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hot docs talks: Meet the Makers
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Hot Docs Talks
Transcripts from interviews conducted at the Hot Docs Canadian International Documentary Festival, April 25 - May 4, 2003

Theme 1: Meet the Makers
HorizonZero held 19 candid interviews with illuminati at Toronto's 2003 Hot Docs Festival. Listen in as these doc-makers introduce their latest projects.

Sara Diamond and Peter Wintonick
Sara: Hi my name is Sara Diamond.

Peter: And I'm Peter Wintonick.

Sara: My name is Peter Wintonick.

Peter: And I'm Sara Diamond.

Sara: And we're here to talk to you about how documentary makers are looking at new technologies, and also a little bit about how they're looking at their role versus the role of their audiences or communities.

Peter: I think we're really looking at the fusion and confusion of the digital ethic with the documentary ethic.

A few words about Hot Docs from Brett Hendrie, Operations Manager:
Brett Hendrie: My name is Brett Hendrie, I'm the Operations Manager for Hot Docs, the Canadian International Documentary Festival.

This being the 10th year of the festival, we're going to expand it into all sorts of new venues. And a lot of that has just been made possible by some of the new technology at our disposal. With more and more films being shot on DV, or in digital format, we've been able to equip our theatres - even older theatres that have antiquated equipment - with new technologies. And we'll be able to screen in different theatres everything from 35mm and 16mm right down to DV and DVD and so forth. Of course, this year at the festival we've got an interactive documentary festival, Cyberdocs, which are online documentaries. People can come to our industry centre and check out and log into the Web and use them. So we're branching more and more into interactive content. But also, using non-film, more digital and more video equipment at our theatres. That makes it more affordable for filmmakers who shot their projects on DV to be able to screen their stuff theatrically. Whereas, say six or seven years ago - before there was the opportunity to project video at high resolution, or to bring in high definition equipment to the theatres - to show it theatrically you needed to have a film print done. Now with video, you can do it quite affordably.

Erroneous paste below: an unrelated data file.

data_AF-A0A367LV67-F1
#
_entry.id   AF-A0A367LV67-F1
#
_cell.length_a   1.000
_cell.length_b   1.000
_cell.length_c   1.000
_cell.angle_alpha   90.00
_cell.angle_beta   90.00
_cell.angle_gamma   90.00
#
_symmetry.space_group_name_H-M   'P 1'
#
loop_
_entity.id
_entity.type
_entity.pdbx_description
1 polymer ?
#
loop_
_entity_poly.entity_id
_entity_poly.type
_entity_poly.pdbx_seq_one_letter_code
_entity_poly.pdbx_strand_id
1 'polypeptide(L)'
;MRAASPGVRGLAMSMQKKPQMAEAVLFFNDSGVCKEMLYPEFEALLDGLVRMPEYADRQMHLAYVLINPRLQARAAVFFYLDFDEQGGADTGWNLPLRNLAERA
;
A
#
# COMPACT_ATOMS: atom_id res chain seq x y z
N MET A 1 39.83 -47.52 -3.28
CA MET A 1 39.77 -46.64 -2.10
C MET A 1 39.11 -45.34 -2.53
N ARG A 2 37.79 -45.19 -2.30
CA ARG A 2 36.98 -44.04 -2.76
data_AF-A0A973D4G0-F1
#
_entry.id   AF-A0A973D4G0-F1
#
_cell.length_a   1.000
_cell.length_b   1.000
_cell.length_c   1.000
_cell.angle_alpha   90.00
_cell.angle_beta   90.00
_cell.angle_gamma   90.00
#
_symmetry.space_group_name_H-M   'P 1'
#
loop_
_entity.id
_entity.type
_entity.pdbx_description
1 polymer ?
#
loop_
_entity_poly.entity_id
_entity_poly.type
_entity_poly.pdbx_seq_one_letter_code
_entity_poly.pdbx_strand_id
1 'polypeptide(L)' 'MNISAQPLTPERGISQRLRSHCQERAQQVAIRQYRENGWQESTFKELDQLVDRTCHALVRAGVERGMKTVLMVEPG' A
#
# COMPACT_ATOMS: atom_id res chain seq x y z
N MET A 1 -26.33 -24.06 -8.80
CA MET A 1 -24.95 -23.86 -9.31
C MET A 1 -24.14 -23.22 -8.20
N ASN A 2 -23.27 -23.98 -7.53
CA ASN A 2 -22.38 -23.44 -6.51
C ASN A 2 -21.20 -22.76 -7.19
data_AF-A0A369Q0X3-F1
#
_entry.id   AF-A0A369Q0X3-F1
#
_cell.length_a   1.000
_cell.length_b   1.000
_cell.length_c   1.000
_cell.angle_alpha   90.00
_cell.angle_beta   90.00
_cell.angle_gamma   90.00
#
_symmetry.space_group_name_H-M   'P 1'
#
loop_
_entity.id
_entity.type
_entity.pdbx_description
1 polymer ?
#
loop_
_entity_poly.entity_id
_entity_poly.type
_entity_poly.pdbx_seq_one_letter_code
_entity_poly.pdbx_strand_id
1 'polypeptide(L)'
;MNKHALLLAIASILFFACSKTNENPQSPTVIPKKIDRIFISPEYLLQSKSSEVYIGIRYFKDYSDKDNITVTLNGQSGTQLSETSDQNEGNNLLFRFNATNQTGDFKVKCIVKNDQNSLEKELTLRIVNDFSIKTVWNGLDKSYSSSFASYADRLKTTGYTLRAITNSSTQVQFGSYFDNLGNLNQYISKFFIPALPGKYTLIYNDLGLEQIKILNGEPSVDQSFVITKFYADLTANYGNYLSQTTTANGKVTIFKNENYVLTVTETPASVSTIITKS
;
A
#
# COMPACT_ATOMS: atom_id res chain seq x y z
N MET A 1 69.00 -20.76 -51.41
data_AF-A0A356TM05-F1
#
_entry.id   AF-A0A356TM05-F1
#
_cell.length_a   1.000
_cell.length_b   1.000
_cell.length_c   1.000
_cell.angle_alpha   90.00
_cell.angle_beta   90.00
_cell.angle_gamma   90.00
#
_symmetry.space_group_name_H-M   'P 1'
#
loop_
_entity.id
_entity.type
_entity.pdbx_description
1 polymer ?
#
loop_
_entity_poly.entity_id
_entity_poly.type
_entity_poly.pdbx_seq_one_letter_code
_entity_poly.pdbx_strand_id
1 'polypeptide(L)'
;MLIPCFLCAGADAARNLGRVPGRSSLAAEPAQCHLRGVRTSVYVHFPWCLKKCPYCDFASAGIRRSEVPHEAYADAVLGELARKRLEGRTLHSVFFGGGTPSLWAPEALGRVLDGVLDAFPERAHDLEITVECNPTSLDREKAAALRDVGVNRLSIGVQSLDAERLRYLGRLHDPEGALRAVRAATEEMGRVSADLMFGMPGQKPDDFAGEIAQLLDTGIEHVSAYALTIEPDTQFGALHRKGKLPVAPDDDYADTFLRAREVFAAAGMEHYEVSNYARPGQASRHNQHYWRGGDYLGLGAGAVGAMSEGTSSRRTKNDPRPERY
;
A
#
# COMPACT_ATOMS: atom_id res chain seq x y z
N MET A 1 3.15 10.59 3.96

Aerlyn Weissman
My name is Aerlyn Weissman. I'm a Vancouver-based independent filmmaker, and my latest project is called Web Cam Girls.

Ana Serrano
My name is Ana Serrano, and I'm the director of Habitat, which is the new media division at the Canadian Film Centre.

Erica Pomerance
My name is Erica Pomerance, I'm a Montrealer and I make films. I make a lot of films...Well, I don't make a lot of films. It's not easy to make them, but I've been dealing mostly in the recent years with Native issues, and also a lot with African issues.

John Haslett Cuff
My name is John Hasslet Cuff. I have a film that had its world premiere at Hot Docs this year, 2003. It's called Crimes of the Heart. It's an investigation of adultery told through the story of one man and six women.

Marc Glassman
I'm Marc Glassman, and I'm the senior programmer for the international showcase for the Hot Docs Canadian International Documentary Festival. I also programmed the Taiwanese showcase that's happening called "Made in Taiwan". Then I co-programmed, with Shannon Abel, "Real Kids, Real Teens" - also at Hot Docs. I'm also the editor of two film magazines at the moment: POV, the documentary film magazine, and Montage, the Director's Guild of Canada's fiction film magazine. I'm a Gemini, I like to represent a variety of different voices - all at the same time. I'm also the proprietor of Pages bookstore, which is one of the last independent bookstores in this country, its sad to say, but it's a good bookstore. That's the good part. The sad part is how few of us are left. I program for various other festivals throughout the year, I write on film, I do a weekly radio show for Classical 96 FM. I guess that kind of covers it.

Monique Simard
My name is Monique Simard, I'm from Productions Virage. We're based in Montreal, and we're mostly known for our social political documentaries that we've been producing over the years - seventeen or eighteen years now.

Fee Plumley: I'm Fee Plumley, I'm from the-phone-book.ltd.uk - I'm the Production Director. I've been working in multimedia for the last four to six years, I'm not quite sure, I think it's six years now, and before that I used to work in stage management. So I've kind of come from a physical environment background, and I'm completely involved in the virtual world now.

Ben Jones: My name's Ben Jones, I'm the creative director of the-phone-book.ltd.uk. My background is more TV and animation based, and now I'm working in new media.

Rae Hall
My name is Rae Hall, and I work for CBC television. Most recently I've been working on a project called Zed with a ton of other people. It's late night television, cross platform, with a great media site zed.cbc.ca.